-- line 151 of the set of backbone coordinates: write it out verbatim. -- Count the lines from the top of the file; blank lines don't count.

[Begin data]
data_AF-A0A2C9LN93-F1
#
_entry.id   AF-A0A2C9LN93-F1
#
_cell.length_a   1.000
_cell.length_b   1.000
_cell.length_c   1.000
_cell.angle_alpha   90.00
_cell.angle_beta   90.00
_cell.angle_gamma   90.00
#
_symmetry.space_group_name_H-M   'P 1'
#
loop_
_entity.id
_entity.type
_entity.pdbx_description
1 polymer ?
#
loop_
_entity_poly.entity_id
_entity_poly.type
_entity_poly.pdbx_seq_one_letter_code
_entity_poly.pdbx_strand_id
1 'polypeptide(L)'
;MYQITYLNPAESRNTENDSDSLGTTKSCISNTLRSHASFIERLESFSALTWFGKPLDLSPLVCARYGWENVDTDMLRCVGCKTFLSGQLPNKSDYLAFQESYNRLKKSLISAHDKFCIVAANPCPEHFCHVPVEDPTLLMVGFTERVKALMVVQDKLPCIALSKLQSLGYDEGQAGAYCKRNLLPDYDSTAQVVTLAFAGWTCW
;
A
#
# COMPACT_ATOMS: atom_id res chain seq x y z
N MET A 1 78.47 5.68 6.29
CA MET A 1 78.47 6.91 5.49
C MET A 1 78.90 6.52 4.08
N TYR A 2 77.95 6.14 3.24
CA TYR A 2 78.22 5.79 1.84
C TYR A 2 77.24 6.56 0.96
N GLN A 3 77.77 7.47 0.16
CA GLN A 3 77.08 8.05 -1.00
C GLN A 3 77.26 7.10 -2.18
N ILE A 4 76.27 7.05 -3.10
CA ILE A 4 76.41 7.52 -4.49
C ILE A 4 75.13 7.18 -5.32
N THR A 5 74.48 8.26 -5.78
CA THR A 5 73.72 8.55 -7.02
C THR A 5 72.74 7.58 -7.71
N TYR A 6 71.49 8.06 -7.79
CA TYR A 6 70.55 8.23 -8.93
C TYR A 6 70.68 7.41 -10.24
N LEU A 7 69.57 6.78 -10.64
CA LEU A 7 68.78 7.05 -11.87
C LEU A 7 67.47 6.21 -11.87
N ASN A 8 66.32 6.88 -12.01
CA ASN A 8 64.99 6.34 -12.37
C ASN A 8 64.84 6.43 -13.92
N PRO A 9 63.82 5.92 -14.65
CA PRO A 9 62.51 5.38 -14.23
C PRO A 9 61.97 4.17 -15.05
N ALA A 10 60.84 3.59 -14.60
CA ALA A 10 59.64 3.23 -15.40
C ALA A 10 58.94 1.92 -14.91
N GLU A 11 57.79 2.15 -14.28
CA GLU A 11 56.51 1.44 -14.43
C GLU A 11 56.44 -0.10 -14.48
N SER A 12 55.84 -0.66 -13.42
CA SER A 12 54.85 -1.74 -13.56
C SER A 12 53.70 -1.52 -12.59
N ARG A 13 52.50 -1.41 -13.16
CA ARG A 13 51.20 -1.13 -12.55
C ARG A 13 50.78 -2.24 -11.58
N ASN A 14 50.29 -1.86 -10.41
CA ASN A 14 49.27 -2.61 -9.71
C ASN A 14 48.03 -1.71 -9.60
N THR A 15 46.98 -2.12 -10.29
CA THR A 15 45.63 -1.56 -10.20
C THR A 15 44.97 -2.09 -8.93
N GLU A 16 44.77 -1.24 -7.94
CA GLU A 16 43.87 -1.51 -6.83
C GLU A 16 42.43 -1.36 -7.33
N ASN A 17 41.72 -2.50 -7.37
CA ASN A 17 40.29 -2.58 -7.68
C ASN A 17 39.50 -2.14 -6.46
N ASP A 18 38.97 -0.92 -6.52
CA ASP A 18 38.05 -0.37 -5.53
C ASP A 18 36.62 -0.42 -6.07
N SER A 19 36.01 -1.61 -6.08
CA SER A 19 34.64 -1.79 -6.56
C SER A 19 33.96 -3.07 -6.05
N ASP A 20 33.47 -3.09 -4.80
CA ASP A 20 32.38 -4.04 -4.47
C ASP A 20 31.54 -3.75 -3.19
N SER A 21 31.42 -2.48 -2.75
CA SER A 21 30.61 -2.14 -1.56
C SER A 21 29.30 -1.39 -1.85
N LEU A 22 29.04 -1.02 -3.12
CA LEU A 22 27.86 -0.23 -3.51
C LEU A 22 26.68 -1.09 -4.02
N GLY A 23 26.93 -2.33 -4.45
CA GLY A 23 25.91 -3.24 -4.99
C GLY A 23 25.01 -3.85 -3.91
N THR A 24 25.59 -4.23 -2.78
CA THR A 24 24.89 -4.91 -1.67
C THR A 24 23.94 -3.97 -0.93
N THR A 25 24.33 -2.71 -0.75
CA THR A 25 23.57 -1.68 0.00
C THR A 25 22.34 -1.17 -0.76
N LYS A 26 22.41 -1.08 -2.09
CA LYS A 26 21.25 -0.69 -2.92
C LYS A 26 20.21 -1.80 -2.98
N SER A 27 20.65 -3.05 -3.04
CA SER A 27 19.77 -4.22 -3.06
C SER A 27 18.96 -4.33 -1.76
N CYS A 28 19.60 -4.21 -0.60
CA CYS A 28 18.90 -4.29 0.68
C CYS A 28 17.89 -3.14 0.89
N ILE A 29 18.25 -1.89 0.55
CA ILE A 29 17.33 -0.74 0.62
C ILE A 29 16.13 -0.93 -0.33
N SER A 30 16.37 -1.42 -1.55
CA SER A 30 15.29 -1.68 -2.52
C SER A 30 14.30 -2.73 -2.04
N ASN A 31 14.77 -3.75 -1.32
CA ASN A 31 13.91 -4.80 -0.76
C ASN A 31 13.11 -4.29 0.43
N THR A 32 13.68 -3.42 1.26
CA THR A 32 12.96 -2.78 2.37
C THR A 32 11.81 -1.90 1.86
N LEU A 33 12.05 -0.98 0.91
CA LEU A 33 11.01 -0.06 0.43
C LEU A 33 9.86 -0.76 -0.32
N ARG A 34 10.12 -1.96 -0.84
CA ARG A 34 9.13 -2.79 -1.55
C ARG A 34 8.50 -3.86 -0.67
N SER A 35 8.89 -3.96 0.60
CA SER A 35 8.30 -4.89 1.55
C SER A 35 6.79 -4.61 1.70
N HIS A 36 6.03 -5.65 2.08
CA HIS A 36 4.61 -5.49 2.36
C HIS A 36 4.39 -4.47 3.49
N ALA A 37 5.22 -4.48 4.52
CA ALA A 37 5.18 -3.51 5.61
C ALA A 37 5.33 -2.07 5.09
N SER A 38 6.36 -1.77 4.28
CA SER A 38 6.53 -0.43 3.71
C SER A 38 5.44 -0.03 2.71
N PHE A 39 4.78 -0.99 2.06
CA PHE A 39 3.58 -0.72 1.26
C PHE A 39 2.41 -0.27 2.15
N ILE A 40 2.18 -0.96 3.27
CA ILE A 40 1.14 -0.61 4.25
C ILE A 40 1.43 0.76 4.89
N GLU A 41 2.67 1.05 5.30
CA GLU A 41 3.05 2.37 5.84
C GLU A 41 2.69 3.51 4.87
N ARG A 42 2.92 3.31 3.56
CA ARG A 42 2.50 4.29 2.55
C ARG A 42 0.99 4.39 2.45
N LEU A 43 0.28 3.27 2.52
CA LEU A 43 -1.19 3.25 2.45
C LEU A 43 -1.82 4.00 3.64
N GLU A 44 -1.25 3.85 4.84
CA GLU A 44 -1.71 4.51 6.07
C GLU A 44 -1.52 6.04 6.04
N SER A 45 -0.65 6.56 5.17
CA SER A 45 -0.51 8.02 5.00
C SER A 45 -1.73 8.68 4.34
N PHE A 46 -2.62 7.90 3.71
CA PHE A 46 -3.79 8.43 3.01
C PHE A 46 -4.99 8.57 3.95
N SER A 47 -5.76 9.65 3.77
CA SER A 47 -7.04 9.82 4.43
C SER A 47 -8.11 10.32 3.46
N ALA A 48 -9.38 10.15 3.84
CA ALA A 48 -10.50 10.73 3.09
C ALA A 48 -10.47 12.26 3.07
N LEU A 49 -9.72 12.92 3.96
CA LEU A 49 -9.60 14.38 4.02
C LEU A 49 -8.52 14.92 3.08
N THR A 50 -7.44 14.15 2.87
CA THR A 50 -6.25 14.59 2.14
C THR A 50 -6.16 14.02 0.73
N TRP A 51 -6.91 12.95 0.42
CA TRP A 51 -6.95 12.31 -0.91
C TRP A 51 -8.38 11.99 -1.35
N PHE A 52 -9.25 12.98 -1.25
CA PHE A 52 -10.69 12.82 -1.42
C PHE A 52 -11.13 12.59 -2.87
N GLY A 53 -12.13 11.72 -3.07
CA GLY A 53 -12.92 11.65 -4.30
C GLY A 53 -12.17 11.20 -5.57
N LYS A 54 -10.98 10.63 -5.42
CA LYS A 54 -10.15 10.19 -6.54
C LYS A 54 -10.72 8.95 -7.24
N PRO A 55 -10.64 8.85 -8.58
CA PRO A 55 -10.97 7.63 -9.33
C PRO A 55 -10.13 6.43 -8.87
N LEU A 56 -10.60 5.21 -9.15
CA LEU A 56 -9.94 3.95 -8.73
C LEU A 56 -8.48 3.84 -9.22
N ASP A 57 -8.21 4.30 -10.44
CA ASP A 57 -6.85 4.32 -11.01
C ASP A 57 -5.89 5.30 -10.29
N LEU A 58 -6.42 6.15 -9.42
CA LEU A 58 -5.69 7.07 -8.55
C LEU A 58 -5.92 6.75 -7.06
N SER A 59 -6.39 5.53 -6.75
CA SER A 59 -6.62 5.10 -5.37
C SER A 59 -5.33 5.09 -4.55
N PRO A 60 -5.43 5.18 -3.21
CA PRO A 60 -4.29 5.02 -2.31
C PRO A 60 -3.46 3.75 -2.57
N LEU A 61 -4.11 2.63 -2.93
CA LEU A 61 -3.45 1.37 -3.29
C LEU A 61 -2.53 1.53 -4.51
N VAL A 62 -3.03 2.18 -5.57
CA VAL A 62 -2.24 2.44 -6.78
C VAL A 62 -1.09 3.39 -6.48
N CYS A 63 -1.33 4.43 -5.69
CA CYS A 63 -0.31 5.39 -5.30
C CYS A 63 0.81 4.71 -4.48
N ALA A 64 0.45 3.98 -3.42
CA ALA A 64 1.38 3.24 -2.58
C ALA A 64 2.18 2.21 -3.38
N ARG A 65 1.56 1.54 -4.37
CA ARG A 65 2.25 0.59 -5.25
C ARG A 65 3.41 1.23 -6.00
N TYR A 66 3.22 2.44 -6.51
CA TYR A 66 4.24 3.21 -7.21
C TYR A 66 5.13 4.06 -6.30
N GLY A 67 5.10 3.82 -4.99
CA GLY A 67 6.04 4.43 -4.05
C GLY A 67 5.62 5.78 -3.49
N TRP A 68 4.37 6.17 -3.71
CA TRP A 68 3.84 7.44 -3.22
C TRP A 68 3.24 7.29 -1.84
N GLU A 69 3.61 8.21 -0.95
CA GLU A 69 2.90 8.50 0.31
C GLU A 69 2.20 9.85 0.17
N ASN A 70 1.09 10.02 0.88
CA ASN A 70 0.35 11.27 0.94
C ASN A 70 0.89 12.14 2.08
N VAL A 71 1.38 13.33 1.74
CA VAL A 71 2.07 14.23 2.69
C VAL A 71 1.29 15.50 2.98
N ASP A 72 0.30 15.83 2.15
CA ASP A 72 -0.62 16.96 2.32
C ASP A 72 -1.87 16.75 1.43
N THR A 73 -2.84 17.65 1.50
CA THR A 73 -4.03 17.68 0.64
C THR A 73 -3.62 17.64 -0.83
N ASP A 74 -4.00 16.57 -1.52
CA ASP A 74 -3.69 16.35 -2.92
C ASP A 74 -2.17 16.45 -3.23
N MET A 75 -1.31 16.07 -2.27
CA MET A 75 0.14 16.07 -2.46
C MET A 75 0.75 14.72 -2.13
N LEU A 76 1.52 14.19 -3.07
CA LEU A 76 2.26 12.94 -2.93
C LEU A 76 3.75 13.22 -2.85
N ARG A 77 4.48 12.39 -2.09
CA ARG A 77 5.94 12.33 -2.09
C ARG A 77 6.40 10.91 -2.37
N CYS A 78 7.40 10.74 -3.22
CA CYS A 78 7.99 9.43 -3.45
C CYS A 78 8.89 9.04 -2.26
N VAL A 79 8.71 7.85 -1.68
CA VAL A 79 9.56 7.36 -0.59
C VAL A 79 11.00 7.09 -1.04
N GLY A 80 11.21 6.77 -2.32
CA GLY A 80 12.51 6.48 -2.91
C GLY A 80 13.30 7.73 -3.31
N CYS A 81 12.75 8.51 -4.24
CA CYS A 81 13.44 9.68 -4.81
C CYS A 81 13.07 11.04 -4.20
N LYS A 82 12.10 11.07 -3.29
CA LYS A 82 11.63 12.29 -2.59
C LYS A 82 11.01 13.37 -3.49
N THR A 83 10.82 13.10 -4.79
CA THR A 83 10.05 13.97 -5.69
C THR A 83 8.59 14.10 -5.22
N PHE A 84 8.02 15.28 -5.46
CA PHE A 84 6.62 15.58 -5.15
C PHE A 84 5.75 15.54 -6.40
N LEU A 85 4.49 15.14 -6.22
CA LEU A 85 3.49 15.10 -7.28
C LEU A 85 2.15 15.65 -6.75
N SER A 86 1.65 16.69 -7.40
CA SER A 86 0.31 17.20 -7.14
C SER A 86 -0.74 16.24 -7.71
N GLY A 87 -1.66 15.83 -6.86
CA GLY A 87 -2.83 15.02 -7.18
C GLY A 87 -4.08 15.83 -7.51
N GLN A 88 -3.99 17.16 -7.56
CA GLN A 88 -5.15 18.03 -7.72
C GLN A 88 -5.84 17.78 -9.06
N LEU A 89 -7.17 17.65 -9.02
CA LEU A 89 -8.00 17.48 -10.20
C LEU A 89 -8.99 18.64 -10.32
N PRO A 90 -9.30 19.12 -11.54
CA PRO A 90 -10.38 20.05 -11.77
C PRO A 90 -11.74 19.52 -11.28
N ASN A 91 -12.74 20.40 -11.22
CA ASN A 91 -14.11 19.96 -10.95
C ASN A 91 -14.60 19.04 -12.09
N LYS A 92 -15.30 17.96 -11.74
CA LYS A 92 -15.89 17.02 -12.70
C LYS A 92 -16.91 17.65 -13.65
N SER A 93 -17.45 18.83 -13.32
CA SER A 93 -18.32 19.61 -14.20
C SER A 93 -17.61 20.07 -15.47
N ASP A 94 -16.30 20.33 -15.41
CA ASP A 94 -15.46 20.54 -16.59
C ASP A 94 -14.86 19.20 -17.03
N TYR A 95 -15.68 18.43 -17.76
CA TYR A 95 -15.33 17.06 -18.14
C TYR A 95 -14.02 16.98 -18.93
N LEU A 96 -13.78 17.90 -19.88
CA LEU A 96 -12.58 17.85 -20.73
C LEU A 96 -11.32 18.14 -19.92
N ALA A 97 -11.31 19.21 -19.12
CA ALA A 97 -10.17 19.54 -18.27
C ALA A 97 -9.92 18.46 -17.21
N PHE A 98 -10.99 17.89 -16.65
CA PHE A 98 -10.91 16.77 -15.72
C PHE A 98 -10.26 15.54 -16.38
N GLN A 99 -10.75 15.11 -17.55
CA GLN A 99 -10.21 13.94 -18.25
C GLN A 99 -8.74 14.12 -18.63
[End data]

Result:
N GLU A 41 2.67 1.05 5.30